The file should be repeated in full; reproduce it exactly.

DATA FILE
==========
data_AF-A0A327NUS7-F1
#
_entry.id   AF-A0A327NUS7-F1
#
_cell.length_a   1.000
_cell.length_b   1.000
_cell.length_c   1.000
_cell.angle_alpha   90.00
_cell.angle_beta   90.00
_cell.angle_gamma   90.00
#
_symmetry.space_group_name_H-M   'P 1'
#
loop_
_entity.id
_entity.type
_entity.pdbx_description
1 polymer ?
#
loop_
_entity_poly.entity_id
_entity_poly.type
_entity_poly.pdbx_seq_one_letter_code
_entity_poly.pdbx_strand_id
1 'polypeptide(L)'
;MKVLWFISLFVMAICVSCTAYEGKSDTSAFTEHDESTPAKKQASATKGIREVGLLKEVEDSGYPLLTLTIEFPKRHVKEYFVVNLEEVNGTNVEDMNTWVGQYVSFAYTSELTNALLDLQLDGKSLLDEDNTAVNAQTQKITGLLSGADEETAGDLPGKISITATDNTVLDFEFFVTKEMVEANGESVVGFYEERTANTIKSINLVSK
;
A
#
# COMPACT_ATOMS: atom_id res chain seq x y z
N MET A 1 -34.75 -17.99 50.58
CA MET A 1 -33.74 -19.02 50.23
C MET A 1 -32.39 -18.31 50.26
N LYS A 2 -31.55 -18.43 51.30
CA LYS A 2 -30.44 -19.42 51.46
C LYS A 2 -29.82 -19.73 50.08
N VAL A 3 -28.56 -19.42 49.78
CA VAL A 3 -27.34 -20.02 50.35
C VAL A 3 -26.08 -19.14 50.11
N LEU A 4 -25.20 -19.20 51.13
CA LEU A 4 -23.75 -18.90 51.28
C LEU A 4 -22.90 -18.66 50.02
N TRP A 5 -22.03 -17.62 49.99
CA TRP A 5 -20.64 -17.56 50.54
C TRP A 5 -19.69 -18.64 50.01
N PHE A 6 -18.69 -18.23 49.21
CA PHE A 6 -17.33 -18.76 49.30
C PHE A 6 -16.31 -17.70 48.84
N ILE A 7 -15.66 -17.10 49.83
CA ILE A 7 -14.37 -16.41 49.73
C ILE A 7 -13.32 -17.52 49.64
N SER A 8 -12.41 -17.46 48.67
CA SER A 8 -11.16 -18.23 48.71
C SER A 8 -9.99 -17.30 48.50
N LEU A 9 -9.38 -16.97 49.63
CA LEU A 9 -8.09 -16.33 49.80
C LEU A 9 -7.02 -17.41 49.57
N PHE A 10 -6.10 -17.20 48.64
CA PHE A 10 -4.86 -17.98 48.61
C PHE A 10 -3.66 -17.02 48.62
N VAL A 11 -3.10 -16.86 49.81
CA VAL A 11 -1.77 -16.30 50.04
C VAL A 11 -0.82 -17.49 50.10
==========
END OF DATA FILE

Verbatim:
data_AF-A0A327NUS7-F1
#
_entry.id   AF-A0A327NUS7-F1
#
_cell.length_a   1.000
_cell.length_b   1.000
_cell.length_c   1.000
_cell.angle_alpha   90.00
_cell.angle_beta   90.00
_cell.angle_gamma   90.00
#
_symmetry.space_group_name_H-M   'P 1'
#
loop_
_entity.id
_entity.type
_entity.pdbx_description
1 polymer ?
#
loop_
_entity_poly.entity_id
_entity_poly.type
_entity_poly.pdbx_seq_one_letter_code
_entity_poly.pdbx_strand_id
1 'polypeptide(L)'
;MKVLWFISLFVMAICVSCTAYEGKSDTSAFTEHDESTPAKKQASATKGIREVGLLKEVEDSGYPLLTLTIEFPKRHVKEYFVVNLEEVNGTNVEDMNTWVGQYVSFAYTSELTNALLDLQLDGKSLLDEDNTAVNAQTQKITGLLSGADEETAGDLPGKISITATDNTVLDFEFFVTKEMVEANGESVVGFYEERTANTIKSINLVSK
;
A
#
# COMPACT_ATOMS: atom_id res chain seq x y z
N MET A 1 -34.75 -17.99 50.58
CA MET A 1 -33.74 -19.02 50.23
C MET A 1 -32.39 -18.31 50.26
N LYS A 2 -31.55 -18.43 51.30
CA LYS A 2 -30.44 -19.42 51.46
C LYS A 2 -29.82 -19.73 50.08
N VAL A 3 -28.56 -19.42 49.78
CA VAL A 3 -27.34 -20.02 50.35
C VAL A 3 -26.08 -19.14 50.11
N LEU A 4 -25.20 -19.20 51.13
CA LEU A 4 -23.75 -18.90 51.28
C LEU A 4 -22.90 -18.66 50.02
N TRP A 5 -22.03 -17.62 49.99
CA TRP A 5 -20.64 -17.56 50.54
C TRP A 5 -19.69 -18.64 50.01
N PHE A 6 -18.69 -18.23 49.21
CA PHE A 6 -17.33 -18.76 49.30
C PHE A 6 -16.31 -17.70 48.84
N ILE A 7 -15.66 -17.10 49.83
CA ILE A 7 -14.37 -16.41 49.73
C ILE A 7 -13.32 -17.52 49.64
N SER A 8 -12.41 -17.46 48.67
CA SER A 8 -11.16 -18.23 48.71
C SER A 8 -9.99 -17.30 48.50
N LEU A 9 -9.38 -16.97 49.63
CA LEU A 9 -8.09 -16.33 49.80
C LEU A 9 -7.02 -17.41 49.57
N PHE A 10 -6.10 -17.20 48.64
CA PHE A 10 -4.86 -17.98 48.61
C PHE A 10 -3.66 -17.02 48.62
N VAL A 11 -3.10 -16.86 49.81
CA VAL A 11 -1.77 -16.30 50.04
C VAL A 11 -0.82 -17.49 50.10